The Secret History of Scarsdale contains stories about people trying to obtain their civil rights and people who have been compelled to suppress the civil rights of others. Most of the stories occurred in and around Scarsdale, New York. My name is Thomas Quirk and I was born and raised in Scarsdale from 1963-1981. Although nothing ever seemed to happen during my years in one of The USA’s most privileged suburbs; a study of certain key events in the town’s history, events that were never discussed while I lived there, serve to illuminate how radically Americans’ views on civil rights have changed during the past half-century. These articles are featured in The Category Civil Rights Incidents in Scarsdale-Westchester County, New York.
While I was writing about Joshua and Pauline Cockburn’s mistreatment during their attempt to reside in Edgemont Hills (then thought of as a part of Scarsdale) in 1937, I learned that Joshua Cockburn had been a naval hero during World War I while serving as a Ship Master for the British in Nigeria. Further study revealed that he had become Marcus Garvey’s first Captain for The Black Star Line. This explained the anchor that is still outside of the home the Cockburn’s built back during the 1930’s. This led to articles about Joshua Cockburn’s time with Marcus Garvey and The Black Star Line, the origin of Rum Row off the coast of New Jersey during Prohibition and the revelation that the anchor was the subject of a lawsuit between Cockburn and Garvey because Cockburn had ripped it off of the S.S. Yarmouth/Frederic Douglass after Garvey fired him.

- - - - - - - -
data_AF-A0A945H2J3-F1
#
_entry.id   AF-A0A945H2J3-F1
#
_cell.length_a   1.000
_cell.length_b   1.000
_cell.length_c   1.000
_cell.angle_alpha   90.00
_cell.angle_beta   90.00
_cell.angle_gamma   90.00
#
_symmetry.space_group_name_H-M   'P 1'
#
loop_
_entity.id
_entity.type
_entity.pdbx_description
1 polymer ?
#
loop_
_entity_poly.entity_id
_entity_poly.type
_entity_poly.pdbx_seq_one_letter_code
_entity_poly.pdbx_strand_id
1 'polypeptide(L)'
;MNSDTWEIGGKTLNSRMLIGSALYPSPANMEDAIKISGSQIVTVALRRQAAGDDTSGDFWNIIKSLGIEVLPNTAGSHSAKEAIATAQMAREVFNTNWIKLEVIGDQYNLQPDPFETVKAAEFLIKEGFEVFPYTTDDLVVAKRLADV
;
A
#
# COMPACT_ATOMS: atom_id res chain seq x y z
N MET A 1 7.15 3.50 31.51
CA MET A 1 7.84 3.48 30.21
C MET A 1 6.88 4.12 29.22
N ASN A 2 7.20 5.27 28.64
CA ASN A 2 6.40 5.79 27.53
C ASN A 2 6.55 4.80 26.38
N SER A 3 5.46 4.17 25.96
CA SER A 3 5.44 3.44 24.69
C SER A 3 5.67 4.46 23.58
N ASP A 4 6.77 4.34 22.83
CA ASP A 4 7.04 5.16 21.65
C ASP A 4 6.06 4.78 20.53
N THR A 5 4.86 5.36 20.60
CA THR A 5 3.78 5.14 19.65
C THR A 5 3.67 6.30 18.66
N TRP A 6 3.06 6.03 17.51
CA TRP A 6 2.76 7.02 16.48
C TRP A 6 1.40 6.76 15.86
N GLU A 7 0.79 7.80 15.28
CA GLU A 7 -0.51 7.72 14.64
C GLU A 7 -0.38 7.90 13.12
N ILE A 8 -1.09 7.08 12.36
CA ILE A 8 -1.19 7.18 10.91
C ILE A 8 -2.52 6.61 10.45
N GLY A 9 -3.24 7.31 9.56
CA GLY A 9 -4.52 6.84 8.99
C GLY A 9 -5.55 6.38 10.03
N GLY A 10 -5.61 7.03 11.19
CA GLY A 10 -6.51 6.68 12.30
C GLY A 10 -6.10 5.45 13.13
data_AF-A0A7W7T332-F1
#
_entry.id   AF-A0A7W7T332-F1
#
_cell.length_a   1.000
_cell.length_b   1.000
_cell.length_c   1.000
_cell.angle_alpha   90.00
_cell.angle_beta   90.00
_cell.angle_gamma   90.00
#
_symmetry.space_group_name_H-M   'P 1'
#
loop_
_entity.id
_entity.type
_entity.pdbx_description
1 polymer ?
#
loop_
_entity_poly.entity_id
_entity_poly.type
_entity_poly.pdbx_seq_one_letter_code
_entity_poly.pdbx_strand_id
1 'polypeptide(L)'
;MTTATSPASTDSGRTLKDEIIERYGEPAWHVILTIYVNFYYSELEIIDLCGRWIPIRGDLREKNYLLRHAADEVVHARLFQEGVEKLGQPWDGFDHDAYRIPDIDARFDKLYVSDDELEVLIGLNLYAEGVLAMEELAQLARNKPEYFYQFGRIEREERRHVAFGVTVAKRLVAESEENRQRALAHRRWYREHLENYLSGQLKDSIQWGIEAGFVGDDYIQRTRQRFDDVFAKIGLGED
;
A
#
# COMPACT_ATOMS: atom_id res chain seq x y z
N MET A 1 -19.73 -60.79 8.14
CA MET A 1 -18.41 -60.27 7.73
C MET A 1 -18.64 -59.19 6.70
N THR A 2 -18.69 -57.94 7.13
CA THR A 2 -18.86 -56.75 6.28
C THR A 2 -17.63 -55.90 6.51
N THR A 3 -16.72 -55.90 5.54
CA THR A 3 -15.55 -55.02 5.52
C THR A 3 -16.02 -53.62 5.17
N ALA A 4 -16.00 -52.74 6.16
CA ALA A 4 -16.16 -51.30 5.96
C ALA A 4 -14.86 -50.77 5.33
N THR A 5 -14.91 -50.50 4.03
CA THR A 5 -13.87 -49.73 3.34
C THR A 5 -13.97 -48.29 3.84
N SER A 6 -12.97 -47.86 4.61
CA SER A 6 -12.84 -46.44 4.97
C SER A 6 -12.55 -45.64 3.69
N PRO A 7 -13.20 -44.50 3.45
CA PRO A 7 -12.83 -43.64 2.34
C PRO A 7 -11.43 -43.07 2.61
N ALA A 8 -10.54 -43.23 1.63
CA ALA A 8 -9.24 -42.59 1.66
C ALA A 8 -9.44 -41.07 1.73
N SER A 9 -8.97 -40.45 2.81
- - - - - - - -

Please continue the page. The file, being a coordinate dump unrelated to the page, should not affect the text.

The ship Cockburn sailed for Garvey had been used by the most radical African-American Civil Rights activist of the early 1900’s, William Monroe Trotter to get to France in an effort to attend The Versailles Peace Convention in 1919 in a vain effort to make the oppression of African-American in the United States an issue akin to the rights of the dispossessed ethnic groups of Europe after World War I. Trotter was a Bostonian and Harvard Graduate who watched his civil rights vanish after the Supreme Court Ruling in Plessy V.Ferguson. Ida Wells-Barnett, the famous anti-lynching crusader who had to flee the south for her efforts had attended Marcus Garvey’s rally in Harlem when he first announced his plans for The Black Star Line. Wells-Barnett’s first experience of white people as allies rather than enemies was in Liverpool, England where people of African descent could actually experience what it was like to be treated as human beings. Joshua and Pauline Cockburn were married in Liverpool for many years before moving to The United States. My great-great grandfather Thomas Quirk was an apprentice sailmaker in Liverpool before running off to serve in The Crimean War. For me, researching these issues and the people involved with them takes me around in circles and always seems to lead me back to my own origins. I was born and raised in Scarsdale, New York, I work in Lexington, Massachusetts (as a high school teacher) and I was raised believing that The United States of America is a land where equality and justice rule. Ultimately the heros of my articles are the people who fought to make that a reality for themselves and their families.